didibus05:12:31

Code without transient, and when you've got a reason to need to be even faster, if you are doing a lot of edits on vectors/maps or sets, then try transients.

didibus05:12:02

Their benefits come from allocating less intermediate garbage.

matan18:12:33

@didbus thanks, I'm almost on top of it now, and will augment with that resource

matan10:12:12

Is it purely an instantiation overhead, that we are eliding here?

sb13:12:45

(def A (apply vector (range 1000)))
(for [k (range (count A))]    
    (for [i (range (- (count A) k)) :let [j (+ i k)]]
            (apply max (subvec A i (+ j 1)))))

sb13:12:06

Could you help me how to optimise this code?

sb13:12:00

I tried with doseq or do parallel with await agents.. not helped. Maybe with recur?

sb13:12:18

task https://www.hackerrank.com/contests/world-codesprint-12/challenges/max-transform *just I dont know how to optimise within 8 sec run.. with min 4000 length A vector

leonoel13:12:38

@sb if your input is sorted, the max operation can be replaced by a constant-time vector access

sb14:12:37

Unfortunately not constantly sorted.. so I dropped this way now. By the way, that isn’t real life problem.. so I dropped now. Later I will check it.

leonoel14:12:23

sorting a sequence is O(n.log(n)) and your algorithm is O(n²) so it doesn't increase complexity to start by sorting your input

leonoel14:12:39

that's why sorting is so fundamental in CS : many algorithms are faster if they assume sorted input

leonoel14:12:41

and I guess the purpose of this exercice is to teach this

sb14:12:26

Yes, that is true! 🙂

sb13:12:37

@leonoel thanks I check it. I don’t understand fully what you wrote, but I research this kind of constant-time vector access. (pop peek? if I understand good)

leonoel13:12:23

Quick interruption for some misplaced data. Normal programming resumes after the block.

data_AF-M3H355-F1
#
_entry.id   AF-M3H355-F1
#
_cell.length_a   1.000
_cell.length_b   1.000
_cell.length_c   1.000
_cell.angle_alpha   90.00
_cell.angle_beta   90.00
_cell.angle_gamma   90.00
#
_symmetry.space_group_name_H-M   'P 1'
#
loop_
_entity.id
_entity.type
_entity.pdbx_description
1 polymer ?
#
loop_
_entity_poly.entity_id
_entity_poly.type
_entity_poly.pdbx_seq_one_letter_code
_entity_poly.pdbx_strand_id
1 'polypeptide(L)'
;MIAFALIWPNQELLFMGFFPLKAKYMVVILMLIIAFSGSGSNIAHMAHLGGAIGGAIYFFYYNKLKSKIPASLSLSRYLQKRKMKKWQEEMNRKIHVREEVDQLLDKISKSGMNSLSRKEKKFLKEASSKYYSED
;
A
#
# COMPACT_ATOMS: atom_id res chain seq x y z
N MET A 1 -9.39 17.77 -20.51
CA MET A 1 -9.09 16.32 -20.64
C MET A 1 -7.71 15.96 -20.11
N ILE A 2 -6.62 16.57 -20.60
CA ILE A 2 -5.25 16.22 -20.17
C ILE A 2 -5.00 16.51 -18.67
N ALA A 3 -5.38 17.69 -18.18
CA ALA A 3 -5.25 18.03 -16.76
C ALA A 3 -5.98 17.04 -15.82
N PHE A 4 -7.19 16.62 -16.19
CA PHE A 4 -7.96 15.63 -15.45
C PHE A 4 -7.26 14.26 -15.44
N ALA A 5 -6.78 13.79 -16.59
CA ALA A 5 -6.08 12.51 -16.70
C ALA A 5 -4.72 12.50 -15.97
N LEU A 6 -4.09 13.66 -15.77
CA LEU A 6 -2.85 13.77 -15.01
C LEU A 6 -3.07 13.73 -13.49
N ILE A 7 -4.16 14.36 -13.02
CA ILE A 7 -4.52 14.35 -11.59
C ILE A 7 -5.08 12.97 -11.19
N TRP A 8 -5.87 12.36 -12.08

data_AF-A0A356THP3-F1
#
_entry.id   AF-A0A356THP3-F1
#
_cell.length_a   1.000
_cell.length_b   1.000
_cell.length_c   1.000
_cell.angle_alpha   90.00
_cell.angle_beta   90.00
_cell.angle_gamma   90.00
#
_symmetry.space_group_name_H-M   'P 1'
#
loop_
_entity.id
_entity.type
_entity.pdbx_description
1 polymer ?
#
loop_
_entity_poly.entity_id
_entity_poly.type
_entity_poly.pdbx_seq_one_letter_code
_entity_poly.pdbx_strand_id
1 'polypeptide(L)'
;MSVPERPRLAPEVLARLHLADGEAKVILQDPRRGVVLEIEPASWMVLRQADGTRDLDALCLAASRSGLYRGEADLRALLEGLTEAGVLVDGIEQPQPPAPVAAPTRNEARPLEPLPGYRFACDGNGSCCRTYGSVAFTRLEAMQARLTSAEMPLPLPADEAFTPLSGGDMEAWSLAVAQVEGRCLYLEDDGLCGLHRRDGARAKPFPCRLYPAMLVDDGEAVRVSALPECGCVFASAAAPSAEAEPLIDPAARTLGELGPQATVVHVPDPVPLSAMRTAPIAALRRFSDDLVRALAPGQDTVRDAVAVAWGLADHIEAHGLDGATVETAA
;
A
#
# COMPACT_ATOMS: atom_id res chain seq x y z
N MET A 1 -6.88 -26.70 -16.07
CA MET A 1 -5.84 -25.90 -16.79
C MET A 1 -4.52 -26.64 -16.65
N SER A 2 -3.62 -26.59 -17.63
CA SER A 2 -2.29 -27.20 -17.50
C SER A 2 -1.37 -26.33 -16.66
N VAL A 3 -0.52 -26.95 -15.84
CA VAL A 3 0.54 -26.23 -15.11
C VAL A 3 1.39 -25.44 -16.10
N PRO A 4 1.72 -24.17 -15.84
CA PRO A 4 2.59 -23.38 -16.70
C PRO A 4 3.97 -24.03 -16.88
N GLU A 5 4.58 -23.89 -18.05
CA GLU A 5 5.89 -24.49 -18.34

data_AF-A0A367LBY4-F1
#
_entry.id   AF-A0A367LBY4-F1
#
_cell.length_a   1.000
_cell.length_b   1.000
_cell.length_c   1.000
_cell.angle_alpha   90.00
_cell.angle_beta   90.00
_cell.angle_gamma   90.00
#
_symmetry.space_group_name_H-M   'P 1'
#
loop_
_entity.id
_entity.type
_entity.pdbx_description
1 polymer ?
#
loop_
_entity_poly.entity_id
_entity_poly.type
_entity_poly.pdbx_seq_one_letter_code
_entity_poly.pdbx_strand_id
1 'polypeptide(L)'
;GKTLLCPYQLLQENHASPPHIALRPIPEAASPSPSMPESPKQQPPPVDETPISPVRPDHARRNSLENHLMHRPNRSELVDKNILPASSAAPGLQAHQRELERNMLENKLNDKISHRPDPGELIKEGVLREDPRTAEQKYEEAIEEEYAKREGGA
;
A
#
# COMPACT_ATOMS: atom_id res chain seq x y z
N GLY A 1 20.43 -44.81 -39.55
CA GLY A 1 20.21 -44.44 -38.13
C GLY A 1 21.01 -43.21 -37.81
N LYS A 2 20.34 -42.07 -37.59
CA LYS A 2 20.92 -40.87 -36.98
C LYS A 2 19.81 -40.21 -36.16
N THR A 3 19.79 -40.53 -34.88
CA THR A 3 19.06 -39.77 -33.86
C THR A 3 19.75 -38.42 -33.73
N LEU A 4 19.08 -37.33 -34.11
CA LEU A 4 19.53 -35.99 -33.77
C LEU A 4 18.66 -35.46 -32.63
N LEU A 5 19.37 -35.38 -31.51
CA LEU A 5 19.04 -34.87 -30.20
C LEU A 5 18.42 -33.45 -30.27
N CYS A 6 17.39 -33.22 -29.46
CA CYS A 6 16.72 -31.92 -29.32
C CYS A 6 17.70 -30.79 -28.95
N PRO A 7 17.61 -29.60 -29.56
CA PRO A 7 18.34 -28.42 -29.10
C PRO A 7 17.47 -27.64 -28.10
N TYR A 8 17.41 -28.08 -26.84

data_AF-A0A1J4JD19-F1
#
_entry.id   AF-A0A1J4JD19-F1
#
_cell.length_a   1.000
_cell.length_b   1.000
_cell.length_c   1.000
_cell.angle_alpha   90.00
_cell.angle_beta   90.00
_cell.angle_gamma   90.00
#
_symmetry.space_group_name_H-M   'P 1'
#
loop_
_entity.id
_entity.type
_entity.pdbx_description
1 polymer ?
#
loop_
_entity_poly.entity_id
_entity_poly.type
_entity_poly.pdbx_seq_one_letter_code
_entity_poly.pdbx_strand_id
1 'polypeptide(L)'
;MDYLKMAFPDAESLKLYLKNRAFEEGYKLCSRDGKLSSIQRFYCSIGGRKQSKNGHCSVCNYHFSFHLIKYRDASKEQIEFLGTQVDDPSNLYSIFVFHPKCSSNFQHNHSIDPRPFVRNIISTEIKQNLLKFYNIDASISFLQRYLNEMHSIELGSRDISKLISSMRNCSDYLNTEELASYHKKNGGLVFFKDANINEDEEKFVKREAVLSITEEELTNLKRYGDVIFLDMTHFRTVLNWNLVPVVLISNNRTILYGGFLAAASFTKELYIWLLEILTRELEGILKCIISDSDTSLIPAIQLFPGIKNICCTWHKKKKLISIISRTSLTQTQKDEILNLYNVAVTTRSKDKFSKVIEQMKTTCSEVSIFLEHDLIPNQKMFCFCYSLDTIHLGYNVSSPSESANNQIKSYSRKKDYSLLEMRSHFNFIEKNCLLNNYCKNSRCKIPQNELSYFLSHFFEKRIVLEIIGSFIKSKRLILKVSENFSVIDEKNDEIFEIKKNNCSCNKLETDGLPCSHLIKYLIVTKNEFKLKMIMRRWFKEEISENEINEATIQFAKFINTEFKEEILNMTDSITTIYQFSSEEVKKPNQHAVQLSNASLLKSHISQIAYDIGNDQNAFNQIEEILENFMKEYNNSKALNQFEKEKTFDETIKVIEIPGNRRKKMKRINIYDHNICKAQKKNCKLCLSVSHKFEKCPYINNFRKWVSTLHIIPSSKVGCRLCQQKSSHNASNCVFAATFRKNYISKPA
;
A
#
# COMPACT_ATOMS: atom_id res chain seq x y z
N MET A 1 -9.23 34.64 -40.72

yes, peek instead of apply max will save a vector traversal

leonoel13:12:51

or just (get A j), subvec is not even needed

sb13:12:19

Ok, I rewrite the code based on this. Thanks the advices!

derpocious17:12:09

Hi, I'm using cljs.core.async, and I'm wondering if it's possible to print everything in a channel without actually taking the things out of it.

derpocious17:12:26

Is there a function that can do that

derpocious18:12:06

I guess it's kind of like a queue. You can't just print the whole thing?

noisesmith18:12:28

it's not possible, no

nimblerabit20:12:33

I have some symbols defined in my code, e.g. (def myThing1) (def myThing2), and I'm trying to assign a map value to one of those defs later based on user input. So if the user inputs "myThing2", a value in my map becomes that defined piece of code. Is there some way to do this without just a big cond?

gklijs20:12:25

You could make a function that takes a string, and creates a symbol, using the symbol function, if they all use the same namespace it’s very simple

noisesmith21:12:52

if something uses user input to pick among options, it's safer to make a hash-map from string to the specific options

noisesmith21:12:26

using symbol / resolve is much riskier

noisesmith21:12:22

I like using a hash-map rather than case because you can explicitly define a data literal describing the things a user could look up

lee.justin.m21:12:17

Just out of curiosity, how does one “dereference” a symbol from a string. I know you can make a symbol with (symbol "myThing1") but I couldn’t figure out how you get its value.

noisesmith21:12:31

resolve - that's how you let a user hack your app

noisesmith21:12:49

it allows user strings to execute arbitrary code, pretty much never what you want

lee.justin.m21:12:16

Is that clojure only? In cljs it says

cljs.user=> (resolve (symbol "thing1"))
            ^
Assert failed: Argument to resolve must be a quoted symbol
(core/and (seq? quoted-sym) (= (quote quote) (first quoted-sym))) at line 1